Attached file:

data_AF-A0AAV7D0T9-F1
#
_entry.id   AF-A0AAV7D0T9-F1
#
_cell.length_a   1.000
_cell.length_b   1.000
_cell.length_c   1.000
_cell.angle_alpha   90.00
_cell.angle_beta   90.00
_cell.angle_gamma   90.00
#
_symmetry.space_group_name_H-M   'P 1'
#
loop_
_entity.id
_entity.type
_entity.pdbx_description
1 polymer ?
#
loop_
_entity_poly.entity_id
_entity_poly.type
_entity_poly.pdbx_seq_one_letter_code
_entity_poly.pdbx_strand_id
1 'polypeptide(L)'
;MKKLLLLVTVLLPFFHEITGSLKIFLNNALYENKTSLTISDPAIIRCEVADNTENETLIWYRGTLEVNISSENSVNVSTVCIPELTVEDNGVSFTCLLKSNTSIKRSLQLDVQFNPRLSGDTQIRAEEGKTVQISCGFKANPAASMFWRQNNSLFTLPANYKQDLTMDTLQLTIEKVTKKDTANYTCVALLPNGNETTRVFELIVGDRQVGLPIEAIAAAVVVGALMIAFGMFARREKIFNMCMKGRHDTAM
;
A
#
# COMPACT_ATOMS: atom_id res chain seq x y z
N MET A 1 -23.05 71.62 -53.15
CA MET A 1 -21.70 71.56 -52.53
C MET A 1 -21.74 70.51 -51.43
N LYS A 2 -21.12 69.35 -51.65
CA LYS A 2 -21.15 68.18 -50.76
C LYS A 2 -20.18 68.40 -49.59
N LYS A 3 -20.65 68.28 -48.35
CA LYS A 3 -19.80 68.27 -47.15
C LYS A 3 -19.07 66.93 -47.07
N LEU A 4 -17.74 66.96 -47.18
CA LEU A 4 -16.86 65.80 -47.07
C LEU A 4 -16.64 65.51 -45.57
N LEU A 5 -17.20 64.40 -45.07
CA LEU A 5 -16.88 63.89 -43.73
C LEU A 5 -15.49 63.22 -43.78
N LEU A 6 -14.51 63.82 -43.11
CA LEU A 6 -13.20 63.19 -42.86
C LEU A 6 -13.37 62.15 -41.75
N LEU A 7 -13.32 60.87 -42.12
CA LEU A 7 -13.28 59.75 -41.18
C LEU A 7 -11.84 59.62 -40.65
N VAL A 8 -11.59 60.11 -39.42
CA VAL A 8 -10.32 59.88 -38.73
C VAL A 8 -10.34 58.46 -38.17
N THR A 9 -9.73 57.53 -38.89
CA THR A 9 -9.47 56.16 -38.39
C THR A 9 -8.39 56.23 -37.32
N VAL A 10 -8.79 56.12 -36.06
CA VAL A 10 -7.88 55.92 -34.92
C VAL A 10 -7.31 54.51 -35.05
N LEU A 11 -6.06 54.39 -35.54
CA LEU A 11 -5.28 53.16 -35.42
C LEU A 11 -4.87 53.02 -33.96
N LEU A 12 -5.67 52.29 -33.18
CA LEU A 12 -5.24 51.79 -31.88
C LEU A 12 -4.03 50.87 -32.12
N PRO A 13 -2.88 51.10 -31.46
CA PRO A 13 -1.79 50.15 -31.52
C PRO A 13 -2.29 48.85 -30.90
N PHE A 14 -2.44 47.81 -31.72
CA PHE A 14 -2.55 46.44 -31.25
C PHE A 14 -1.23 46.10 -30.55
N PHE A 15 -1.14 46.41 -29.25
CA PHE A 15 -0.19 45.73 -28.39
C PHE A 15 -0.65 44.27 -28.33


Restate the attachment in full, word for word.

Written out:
data_AF-A0AAV7D0T9-F1
#
_entry.id   AF-A0AAV7D0T9-F1
#
_cell.length_a   1.000
_cell.length_b   1.000
_cell.length_c   1.000
_cell.angle_alpha   90.00
_cell.angle_beta   90.00
_cell.angle_gamma   90.00
#
_symmetry.space_group_name_H-M   'P 1'
#
loop_
_entity.id
_entity.type
_entity.pdbx_description
1 polymer ?
#
loop_
_entity_poly.entity_id
_entity_poly.type
_entity_poly.pdbx_seq_one_letter_code
_entity_poly.pdbx_strand_id
1 'polypeptide(L)'
;MKKLLLLVTVLLPFFHEITGSLKIFLNNALYENKTSLTISDPAIIRCEVADNTENETLIWYRGTLEVNISSENSVNVSTVCIPELTVEDNGVSFTCLLKSNTSIKRSLQLDVQFNPRLSGDTQIRAEEGKTVQISCGFKANPAASMFWRQNNSLFTLPANYKQDLTMDTLQLTIEKVTKKDTANYTCVALLPNGNETTRVFELIVGDRQVGLPIEAIAAAVVVGALMIAFGMFARREKIFNMCMKGRHDTAM
;
A
#
# COMPACT_ATOMS: atom_id res chain seq x y z
N MET A 1 -23.05 71.62 -53.15
CA MET A 1 -21.70 71.56 -52.53
C MET A 1 -21.74 70.51 -51.43
N LYS A 2 -21.12 69.35 -51.65
CA LYS A 2 -21.15 68.18 -50.76
C LYS A 2 -20.18 68.40 -49.59
N LYS A 3 -20.65 68.28 -48.35
CA LYS A 3 -19.80 68.27 -47.15
C LYS A 3 -19.07 66.93 -47.07
N LEU A 4 -17.74 66.96 -47.18
CA LEU A 4 -16.86 65.80 -47.07
C LEU A 4 -16.64 65.51 -45.57
N LEU A 5 -17.20 64.40 -45.07
CA LEU A 5 -16.88 63.89 -43.73
C LEU A 5 -15.49 63.22 -43.78
N LEU A 6 -14.51 63.82 -43.11
CA LEU A 6 -13.20 63.19 -42.86
C LEU A 6 -13.37 62.15 -41.75
N LEU A 7 -13.32 60.87 -42.12
CA LEU A 7 -13.28 59.75 -41.18
C LEU A 7 -11.84 59.62 -40.65
N VAL A 8 -11.59 60.11 -39.42
CA VAL A 8 -10.32 59.88 -38.73
C VAL A 8 -10.34 58.46 -38.17
N THR A 9 -9.73 57.53 -38.89
CA THR A 9 -9.47 56.16 -38.39
C THR A 9 -8.39 56.23 -37.32
N VAL A 10 -8.79 56.12 -36.06
CA VAL A 10 -7.88 55.92 -34.92
C VAL A 10 -7.31 54.51 -35.05
N LEU A 11 -6.06 54.39 -35.54
CA LEU A 11 -5.28 53.16 -35.42
C LEU A 11 -4.87 53.02 -33.96
N LEU A 12 -5.67 52.29 -33.18
CA LEU A 12 -5.24 51.79 -31.88
C LEU A 12 -4.03 50.87 -32.12
N PRO A 13 -2.88 51.10 -31.46
CA PRO A 13 -1.79 50.15 -31.52
C PRO A 13 -2.29 48.85 -30.90
N PHE A 14 -2.44 47.81 -31.72
CA PHE A 14 -2.55 46.44 -31.25
C PHE A 14 -1.23 46.10 -30.55
N PHE A 15 -1.14 46.41 -29.25
CA PHE A 15 -0.19 45.73 -28.39
C PHE A 15 -0.65 44.27 -28.33